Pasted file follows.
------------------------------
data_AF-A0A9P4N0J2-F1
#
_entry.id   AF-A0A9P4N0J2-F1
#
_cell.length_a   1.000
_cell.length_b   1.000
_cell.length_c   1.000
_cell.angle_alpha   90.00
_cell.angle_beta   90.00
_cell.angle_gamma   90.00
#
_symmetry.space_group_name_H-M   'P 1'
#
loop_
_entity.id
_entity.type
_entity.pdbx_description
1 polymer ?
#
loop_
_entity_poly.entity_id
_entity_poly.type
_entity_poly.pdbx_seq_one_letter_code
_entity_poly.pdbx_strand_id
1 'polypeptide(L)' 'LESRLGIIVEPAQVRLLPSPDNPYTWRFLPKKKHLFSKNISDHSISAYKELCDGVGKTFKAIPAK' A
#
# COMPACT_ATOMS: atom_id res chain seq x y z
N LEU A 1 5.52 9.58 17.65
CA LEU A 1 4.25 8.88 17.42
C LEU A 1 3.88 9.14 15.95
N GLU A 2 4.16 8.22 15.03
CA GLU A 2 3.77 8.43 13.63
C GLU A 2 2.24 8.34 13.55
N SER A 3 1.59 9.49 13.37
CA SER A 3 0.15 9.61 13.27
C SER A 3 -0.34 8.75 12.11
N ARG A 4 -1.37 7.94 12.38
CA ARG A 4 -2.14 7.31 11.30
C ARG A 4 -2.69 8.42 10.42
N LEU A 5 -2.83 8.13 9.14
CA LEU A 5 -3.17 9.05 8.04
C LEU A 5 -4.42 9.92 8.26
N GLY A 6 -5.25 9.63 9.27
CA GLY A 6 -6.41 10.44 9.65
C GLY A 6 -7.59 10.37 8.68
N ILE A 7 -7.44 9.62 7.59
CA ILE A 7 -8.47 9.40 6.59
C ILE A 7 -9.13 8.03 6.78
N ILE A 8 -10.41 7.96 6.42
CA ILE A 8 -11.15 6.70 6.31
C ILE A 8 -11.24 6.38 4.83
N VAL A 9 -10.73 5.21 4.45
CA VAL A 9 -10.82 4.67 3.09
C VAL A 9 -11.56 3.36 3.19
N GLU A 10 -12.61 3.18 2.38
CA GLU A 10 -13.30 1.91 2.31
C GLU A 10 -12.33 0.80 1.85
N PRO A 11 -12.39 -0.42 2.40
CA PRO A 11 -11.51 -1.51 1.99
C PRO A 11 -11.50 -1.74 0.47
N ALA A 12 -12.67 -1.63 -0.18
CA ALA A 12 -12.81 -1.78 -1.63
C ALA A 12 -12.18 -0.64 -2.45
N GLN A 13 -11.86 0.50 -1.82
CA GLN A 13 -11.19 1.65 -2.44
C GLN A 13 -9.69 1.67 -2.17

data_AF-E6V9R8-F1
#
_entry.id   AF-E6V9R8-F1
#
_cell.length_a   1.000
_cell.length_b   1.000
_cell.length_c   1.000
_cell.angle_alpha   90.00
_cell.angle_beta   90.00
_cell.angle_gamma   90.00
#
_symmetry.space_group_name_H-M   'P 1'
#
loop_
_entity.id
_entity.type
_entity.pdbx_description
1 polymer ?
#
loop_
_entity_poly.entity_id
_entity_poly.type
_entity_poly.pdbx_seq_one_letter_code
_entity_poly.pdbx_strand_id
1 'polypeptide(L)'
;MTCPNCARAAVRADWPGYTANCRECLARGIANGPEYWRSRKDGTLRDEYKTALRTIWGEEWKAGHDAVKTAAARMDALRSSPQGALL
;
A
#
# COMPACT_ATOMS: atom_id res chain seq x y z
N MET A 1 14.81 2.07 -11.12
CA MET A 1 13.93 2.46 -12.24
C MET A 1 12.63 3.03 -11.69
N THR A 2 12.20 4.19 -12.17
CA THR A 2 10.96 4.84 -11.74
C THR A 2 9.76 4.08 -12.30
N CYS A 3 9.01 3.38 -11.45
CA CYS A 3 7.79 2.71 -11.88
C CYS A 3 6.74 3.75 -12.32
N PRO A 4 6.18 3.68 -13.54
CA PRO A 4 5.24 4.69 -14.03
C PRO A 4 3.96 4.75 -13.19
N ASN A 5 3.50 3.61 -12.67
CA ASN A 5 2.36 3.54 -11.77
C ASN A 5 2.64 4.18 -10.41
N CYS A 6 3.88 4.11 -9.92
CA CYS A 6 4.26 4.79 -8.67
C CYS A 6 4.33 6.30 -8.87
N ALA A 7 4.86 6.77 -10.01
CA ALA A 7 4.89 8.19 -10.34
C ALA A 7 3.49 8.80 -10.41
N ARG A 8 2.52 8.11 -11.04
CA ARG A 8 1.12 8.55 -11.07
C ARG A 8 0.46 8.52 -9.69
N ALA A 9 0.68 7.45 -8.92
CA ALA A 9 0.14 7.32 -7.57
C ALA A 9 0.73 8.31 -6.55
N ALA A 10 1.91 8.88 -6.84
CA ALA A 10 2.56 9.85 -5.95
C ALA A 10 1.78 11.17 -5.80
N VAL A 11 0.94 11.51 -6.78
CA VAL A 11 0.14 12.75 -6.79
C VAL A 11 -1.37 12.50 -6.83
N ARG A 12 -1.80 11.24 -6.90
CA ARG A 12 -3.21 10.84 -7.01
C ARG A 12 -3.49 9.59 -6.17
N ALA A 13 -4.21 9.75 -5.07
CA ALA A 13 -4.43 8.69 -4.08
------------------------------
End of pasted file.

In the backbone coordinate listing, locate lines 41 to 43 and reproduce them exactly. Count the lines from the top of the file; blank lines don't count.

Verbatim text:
CA LEU A 5 -3.17 9.05 8.04
C LEU A 5 -4.42 9.92 8.26
N GLY A 6 -5.25 9.63 9.27